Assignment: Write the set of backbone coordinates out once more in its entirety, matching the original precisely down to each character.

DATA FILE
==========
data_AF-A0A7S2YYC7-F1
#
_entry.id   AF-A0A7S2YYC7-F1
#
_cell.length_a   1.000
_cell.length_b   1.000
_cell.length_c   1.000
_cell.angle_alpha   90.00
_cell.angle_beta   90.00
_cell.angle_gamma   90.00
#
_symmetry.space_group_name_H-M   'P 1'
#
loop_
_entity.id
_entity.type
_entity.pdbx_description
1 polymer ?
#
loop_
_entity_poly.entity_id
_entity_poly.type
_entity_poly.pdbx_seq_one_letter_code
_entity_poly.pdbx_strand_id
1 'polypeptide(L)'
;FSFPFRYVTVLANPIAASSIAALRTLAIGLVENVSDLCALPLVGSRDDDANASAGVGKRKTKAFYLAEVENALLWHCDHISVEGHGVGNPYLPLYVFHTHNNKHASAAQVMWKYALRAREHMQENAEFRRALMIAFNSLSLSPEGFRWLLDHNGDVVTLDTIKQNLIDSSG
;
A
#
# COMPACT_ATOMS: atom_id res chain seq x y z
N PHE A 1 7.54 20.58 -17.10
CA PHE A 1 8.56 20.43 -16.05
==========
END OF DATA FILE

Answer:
data_AF-A0A7S2YYC7-F1
#
_entry.id   AF-A0A7S2YYC7-F1
#
_cell.length_a   1.000
_cell.length_b   1.000
_cell.length_c   1.000
_cell.angle_alpha   90.00
_cell.angle_beta   90.00
_cell.angle_gamma   90.00
#
_symmetry.space_group_name_H-M   'P 1'
#
loop_
_entity.id
_entity.type
_entity.pdbx_description
1 polymer ?
#
loop_
_entity_poly.entity_id
_entity_poly.type
_entity_poly.pdbx_seq_one_letter_code
_entity_poly.pdbx_strand_id
1 'polypeptide(L)'
;FSFPFRYVTVLANPIAASSIAALRTLAIGLVENVSDLCALPLVGSRDDDANASAGVGKRKTKAFYLAEVENALLWHCDHISVEGHGVGNPYLPLYVFHTHNNKHASAAQVMWKYALRAREHMQENAEFRRALMIAFNSLSLSPEGFRWLLDHNGDVVTLDTIKQNLIDSSG
;
A
#
# COMPACT_ATOMS: atom_id res chain seq x y z
N PHE A 1 7.54 20.58 -17.10
CA PHE A 1 8.56 20.43 -16.05